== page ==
There are issues with the way we talk about manipulative behavior. This is especially notable in the pop culture surrounding concepts like narcissism, psychopathy, and generally cluster B personality tendencies.
A common example would be:
“This person is being nice to me to manipulate me, to get something out of me, therefore the person is being bad.”
One problem here is that manipulation is assumed to be inherently bad. All social behavior is manipulative in actuality. If I buy someone flowers to improve their day, it is that I buy flowers to manipulate their emotions so that they will feel better. It is motivated by the pleasure I experience from doing so, which is a selfish desire on some level. Although, I am also fulfilling someone else’s selfish desire, so my behavior isn’t entirely selfish.
There are also undeniable benefits that could come from helping people that you’ve formed a relationship with. If I were to please a person that I know, trust forms. On some level, a kind of debt forms in their mind for which they will wish to resolve. That is almost entirely why we do favors in relationships. If we did favors for someone and they absolutely never returned any favors, we would be angry and describe the person as parasitic.
But why would we be so petty and demand others return the favor? Well, we don’t exactly demand. We manipulate people with the mere pressure that comes from the potential accusation of being a parasite. A person would lose their precious social credit if they were to exploit people without giving back, particularly if this stained their public identity. Something like emotional blackmail (remember, this is humor to make a point). That is, except when we exploit people outside our bubble of influence, which seems to occur all the time (third world, I’m looking at you).
When we label a positive behavior as manipulative, we assign the evilness attached to the word “manipulative”. When we stereotype a person as a psychopath or as evil intentioned, the ambiguity of the concept of manipulation really begins to shine with a fantastic glimmer like fool’s gold sparkling in a crystal clear stream that is our mind. This ambiguity in what behaviors fit the criteria of manipulation is one of the root problems here. Positive manipulative behaviors can be lumped under the umbrella of “manipulative behaviors” which then has the label “bad” applied to it because of the way manipulation is deemed inherently bad.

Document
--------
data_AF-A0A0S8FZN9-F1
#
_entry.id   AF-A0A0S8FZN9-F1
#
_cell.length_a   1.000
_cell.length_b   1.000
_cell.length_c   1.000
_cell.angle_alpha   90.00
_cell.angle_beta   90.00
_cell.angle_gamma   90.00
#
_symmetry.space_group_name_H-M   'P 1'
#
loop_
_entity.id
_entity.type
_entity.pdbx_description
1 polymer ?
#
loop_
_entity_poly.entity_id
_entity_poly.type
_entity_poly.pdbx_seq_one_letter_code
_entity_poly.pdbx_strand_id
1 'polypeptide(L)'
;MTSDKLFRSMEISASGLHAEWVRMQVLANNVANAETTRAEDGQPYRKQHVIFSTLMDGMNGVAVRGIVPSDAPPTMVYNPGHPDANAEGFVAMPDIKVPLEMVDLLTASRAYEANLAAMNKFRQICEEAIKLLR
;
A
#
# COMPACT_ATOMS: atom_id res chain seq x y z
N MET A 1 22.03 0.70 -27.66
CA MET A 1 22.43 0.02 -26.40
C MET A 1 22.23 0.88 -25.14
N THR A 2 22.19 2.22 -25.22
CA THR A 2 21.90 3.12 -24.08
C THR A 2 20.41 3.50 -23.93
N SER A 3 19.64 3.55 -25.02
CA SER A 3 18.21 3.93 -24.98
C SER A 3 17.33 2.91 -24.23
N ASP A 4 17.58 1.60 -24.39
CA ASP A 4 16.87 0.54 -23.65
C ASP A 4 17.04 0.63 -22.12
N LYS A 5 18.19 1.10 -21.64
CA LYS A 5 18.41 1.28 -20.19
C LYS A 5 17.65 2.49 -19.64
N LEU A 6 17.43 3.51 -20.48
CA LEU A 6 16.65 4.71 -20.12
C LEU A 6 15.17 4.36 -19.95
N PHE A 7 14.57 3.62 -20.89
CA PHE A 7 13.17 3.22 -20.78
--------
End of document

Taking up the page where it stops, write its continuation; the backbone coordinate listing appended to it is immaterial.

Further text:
To label behavior as manipulative can be manipulative itself!
The particularly bad kind of manipulation too, since it is potentially harmful to whoever is being misrepresented as evil. It even allows us to revoke our empathy for the perceived evil person because “evil people do not deserve our empathy or kindness”, even when they are trying to do nice things for us. This can actually make us the sociopaths. We have to be cautious in how we judge manipulative behaviors. To do so wrongly could be harmful. It could breed war and conflict as both sides begin to view each other as bad.
A list of good manipulative behavior:
- Someone buys you presents to make you happy, build trust, and potentially add you to their list of mutualistic relationships, as long as you return favors too.
- Someone tells you that a car is coming so that you will move out of the way. In other words, someone emits audio waves from their mouth with the intention of predictably influencing your behavior, controlling you like a puppet because they know exactly what makes you behave certain ways under the given circumstances.
A list of bad manipulative behavior:
- A person buys you a present to pressure you to come visit their house for a dinner gathering. . . and then they kill you and eat your flesh.
- A person tells you a car is coming from your left, so you look and get hit by a bus on the right. This person was plotting to murder you.
- Someone finds ways to never return favors and has a long list of justifications that allows them to reap the favors you give them. With this one, it is important to note that some people cannot even afford to be reciprocal. I’d imagine homeless people fit that category.
While you might have thought this list was extensive, it is far from a complete list. If you’d like to include ones I may have forgotten, leave a comment below. There can be a lot of nuance when exploring whether or not manipulative behavior is good or bad. Whether or not the behavior is good or bad comes down to whether or not it is fair, given the current scenario and all of its’ factors. This post is a bit short but I figured some may find it interesting or useful.
We must explore the nuances of the situations that we claim involve manipulation. The “manipulative” person may be a liar, which could be pretty bad. They may also be doing nice favors, which gets debatable. If people start using an over-inclusive definition of “evil manipulation” (manipulation is truly a compound of both words “evil” and “manipulative”, but the word “evil” is silent) then we will find ourselves attributing evil intentions where non exist. Then we might become the “evil” ones.
. . .
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